Wednesday, February 11, 2004

Etymology Today from M-W: palindrome \PAL-un-drohm\
: a word, verse, or sentence (as "Able was I ere I saw Elba"), or a number (as 1881) that reads the same backward or forward

Palindromic wordplay is nothing new. Palindromes have been around since at least the days of ancient Greece, and our name for them comes from two Greek words, "palin," meaning "back" or "again," and "dramein," meaning "to run." Nowadays, we can all appreciate a clever palindrome (such as "Drab as a fool, aloof as a bard" or "A man, a plan, a canal: Panama"), or even a simple one like "race car," but in the past palindromes were more than just smart wordplay. Until well into the 19th century some folks thought palindromes were actually magical, and they carved them on walls or amulets to protect people or property from harm.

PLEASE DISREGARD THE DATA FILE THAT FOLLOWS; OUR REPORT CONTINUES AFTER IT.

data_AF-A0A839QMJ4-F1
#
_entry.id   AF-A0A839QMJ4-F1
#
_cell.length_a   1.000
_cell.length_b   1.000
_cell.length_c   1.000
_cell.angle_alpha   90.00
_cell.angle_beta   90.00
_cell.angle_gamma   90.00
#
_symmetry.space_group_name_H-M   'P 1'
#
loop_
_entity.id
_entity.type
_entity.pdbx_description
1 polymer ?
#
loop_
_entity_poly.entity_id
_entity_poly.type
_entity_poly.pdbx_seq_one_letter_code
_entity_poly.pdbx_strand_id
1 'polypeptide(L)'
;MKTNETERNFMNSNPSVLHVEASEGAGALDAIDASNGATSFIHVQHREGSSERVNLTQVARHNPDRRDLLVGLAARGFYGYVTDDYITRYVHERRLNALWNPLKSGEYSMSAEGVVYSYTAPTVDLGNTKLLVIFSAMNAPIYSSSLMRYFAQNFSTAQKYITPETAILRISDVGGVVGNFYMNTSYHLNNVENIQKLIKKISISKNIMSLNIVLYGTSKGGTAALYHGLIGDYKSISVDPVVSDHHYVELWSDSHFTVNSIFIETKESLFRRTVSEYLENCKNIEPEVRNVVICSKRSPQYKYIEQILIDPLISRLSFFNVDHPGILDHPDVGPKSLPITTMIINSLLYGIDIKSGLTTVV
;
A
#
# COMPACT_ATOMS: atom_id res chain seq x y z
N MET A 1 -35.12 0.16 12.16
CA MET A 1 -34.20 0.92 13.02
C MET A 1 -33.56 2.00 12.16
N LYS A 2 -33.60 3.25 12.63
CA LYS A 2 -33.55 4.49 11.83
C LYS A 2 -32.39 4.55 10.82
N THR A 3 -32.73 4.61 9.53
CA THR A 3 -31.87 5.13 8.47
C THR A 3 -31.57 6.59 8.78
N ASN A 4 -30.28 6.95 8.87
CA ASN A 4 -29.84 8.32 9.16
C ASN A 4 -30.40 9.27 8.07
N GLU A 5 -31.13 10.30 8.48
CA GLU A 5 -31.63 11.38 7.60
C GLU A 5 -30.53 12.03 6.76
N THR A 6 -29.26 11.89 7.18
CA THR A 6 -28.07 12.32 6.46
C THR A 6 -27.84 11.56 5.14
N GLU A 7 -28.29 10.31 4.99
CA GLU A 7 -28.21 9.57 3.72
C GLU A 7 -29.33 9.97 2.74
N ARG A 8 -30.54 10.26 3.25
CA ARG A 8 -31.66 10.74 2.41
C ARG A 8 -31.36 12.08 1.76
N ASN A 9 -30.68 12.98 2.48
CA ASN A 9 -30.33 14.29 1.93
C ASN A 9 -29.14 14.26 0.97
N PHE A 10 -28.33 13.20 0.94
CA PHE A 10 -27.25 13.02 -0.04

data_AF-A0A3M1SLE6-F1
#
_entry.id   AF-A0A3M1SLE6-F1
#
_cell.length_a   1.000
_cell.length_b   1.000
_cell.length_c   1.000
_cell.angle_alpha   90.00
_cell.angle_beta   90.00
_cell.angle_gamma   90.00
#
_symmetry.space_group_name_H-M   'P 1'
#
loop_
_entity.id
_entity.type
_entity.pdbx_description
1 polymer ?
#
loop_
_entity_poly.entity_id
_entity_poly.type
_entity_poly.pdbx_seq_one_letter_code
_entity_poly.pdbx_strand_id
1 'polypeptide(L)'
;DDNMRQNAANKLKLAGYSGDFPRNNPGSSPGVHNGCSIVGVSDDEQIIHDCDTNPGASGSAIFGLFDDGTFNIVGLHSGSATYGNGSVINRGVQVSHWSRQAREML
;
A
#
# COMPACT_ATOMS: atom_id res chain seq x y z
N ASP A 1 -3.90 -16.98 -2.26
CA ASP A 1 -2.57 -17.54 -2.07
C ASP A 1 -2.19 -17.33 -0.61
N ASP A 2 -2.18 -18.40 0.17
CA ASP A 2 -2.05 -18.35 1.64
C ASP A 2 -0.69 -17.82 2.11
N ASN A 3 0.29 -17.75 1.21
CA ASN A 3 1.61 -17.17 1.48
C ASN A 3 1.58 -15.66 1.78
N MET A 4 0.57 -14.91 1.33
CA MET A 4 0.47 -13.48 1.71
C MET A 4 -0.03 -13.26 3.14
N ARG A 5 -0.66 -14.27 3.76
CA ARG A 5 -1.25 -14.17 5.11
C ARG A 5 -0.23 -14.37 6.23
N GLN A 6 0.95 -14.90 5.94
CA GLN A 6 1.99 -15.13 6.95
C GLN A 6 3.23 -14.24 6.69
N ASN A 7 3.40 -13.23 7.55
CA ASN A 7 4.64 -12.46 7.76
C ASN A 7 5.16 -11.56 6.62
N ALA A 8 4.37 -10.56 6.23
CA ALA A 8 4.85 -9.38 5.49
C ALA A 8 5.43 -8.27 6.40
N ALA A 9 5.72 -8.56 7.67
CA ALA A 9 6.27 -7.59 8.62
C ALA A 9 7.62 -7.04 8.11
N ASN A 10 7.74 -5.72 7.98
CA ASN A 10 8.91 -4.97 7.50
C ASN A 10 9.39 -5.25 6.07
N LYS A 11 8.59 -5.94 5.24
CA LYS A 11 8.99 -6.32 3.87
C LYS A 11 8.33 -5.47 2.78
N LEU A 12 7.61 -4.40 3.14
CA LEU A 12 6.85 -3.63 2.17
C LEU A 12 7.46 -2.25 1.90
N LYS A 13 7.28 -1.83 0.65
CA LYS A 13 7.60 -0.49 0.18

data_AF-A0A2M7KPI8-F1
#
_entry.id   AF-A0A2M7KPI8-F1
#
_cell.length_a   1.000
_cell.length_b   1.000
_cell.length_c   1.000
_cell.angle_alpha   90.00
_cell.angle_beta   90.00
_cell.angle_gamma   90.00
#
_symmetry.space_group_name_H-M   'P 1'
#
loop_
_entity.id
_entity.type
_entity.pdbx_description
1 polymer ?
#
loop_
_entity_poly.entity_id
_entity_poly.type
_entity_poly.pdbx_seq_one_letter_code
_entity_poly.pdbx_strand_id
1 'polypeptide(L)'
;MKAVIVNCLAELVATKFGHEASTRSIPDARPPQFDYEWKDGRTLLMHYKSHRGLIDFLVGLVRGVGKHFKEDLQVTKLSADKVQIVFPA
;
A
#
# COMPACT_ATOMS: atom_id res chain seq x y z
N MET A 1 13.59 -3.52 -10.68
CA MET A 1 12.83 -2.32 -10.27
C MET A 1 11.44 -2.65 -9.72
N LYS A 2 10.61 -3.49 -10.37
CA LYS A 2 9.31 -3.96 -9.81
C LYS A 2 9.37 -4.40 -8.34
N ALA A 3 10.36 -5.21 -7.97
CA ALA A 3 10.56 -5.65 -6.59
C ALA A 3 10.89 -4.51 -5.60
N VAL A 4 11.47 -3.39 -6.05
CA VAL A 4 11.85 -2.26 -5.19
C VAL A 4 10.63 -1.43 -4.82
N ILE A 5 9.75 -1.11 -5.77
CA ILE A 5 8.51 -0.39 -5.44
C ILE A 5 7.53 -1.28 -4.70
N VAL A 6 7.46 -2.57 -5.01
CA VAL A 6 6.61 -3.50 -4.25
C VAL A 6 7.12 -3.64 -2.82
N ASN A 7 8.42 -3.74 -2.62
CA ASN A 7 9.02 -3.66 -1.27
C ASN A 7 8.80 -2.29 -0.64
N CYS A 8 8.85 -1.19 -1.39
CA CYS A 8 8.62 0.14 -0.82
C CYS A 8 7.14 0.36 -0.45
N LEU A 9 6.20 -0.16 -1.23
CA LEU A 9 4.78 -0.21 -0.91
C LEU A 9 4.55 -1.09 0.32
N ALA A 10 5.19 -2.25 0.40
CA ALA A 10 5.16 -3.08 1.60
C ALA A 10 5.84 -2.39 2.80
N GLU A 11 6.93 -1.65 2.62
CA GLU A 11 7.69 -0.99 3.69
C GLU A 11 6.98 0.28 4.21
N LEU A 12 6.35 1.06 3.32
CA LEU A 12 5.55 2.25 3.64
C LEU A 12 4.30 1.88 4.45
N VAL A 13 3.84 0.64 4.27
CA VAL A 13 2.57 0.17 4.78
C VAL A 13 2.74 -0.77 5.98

Previous E.T.

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